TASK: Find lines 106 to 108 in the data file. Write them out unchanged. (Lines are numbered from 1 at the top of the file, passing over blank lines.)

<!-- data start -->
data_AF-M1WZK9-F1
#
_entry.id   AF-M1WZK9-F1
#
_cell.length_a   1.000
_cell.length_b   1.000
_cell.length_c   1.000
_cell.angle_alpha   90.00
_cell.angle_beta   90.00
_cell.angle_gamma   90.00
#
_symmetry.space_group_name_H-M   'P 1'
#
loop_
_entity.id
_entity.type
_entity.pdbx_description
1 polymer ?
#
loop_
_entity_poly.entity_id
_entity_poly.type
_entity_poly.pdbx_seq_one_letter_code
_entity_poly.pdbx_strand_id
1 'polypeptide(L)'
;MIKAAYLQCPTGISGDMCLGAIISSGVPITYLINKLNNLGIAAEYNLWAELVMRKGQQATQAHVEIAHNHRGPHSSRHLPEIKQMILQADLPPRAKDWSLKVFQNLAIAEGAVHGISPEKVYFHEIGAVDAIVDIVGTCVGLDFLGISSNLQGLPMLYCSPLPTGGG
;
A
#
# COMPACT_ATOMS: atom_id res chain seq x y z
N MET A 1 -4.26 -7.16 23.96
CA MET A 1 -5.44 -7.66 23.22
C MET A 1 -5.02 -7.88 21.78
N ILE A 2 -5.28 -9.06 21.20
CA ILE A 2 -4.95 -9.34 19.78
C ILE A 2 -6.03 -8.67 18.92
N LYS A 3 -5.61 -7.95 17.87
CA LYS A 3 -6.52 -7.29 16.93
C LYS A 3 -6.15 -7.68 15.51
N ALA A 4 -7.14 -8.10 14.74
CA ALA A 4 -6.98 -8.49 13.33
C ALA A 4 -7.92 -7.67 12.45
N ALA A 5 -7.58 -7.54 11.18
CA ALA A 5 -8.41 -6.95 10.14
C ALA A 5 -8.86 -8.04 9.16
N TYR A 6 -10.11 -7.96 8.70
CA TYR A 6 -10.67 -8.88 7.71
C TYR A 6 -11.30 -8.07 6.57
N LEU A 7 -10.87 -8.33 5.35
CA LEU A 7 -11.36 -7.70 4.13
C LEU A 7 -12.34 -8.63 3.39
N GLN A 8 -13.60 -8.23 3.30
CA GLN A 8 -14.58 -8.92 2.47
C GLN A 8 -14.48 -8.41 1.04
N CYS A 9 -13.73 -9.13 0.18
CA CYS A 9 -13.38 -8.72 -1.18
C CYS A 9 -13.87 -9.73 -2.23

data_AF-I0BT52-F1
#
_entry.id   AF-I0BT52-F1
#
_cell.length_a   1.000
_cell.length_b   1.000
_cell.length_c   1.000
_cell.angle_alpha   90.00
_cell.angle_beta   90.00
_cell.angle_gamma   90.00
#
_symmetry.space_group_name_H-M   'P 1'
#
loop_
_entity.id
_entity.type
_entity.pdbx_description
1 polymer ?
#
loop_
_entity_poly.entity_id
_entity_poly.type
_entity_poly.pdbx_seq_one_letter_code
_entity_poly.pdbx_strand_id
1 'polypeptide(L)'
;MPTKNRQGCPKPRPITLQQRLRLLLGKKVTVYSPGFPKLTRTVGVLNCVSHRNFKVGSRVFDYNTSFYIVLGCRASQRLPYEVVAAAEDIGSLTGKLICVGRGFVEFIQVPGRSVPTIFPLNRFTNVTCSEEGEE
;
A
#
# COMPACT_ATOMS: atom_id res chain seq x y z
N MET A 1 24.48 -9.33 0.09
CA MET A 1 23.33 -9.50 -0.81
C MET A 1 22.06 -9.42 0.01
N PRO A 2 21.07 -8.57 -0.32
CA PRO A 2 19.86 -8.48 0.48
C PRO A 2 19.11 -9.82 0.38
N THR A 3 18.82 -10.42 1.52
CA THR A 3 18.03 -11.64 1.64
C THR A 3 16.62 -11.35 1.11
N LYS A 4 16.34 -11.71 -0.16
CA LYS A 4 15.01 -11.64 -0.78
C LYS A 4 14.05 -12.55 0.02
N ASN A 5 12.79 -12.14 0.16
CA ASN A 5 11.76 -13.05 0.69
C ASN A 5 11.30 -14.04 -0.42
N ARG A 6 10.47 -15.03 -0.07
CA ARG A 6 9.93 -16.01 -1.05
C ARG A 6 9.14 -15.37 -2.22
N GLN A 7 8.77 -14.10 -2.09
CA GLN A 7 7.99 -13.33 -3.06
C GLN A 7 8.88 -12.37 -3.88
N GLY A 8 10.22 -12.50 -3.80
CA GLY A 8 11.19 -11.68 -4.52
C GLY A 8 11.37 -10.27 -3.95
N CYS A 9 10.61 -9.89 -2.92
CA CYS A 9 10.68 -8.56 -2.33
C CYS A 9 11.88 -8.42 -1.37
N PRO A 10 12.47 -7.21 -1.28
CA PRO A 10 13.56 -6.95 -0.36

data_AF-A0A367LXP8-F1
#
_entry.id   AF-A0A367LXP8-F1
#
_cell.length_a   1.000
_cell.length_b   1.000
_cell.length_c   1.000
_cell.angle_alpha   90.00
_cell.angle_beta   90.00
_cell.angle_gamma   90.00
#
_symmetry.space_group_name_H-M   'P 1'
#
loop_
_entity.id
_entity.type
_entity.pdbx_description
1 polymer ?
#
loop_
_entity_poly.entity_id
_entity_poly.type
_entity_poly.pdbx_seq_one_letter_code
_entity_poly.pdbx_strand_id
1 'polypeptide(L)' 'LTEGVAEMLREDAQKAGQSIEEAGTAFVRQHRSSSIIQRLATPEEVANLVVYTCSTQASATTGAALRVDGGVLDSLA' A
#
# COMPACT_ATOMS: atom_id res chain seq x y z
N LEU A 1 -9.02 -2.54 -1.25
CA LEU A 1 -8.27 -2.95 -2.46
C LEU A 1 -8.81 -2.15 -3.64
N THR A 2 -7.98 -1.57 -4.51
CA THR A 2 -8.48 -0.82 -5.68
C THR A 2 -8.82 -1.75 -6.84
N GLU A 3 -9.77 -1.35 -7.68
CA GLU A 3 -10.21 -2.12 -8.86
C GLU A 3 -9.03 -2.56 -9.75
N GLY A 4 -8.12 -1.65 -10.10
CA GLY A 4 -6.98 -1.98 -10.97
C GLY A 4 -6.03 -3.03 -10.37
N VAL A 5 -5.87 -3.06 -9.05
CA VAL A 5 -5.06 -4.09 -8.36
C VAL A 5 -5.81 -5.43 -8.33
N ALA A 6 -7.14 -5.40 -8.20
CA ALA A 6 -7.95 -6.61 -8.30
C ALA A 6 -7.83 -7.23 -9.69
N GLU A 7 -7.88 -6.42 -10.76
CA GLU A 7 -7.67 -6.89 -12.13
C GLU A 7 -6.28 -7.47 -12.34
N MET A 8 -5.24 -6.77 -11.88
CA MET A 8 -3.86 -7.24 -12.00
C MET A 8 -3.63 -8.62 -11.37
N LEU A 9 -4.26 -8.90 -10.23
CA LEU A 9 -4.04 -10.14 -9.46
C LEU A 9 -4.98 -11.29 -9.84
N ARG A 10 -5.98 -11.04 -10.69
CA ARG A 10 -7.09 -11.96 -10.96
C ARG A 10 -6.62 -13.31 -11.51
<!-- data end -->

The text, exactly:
N GLN A 7 8.77 -14.10 -2.09
CA GLN A 7 7.99 -13.33 -3.06
C GLN A 7 8.88 -12.37 -3.88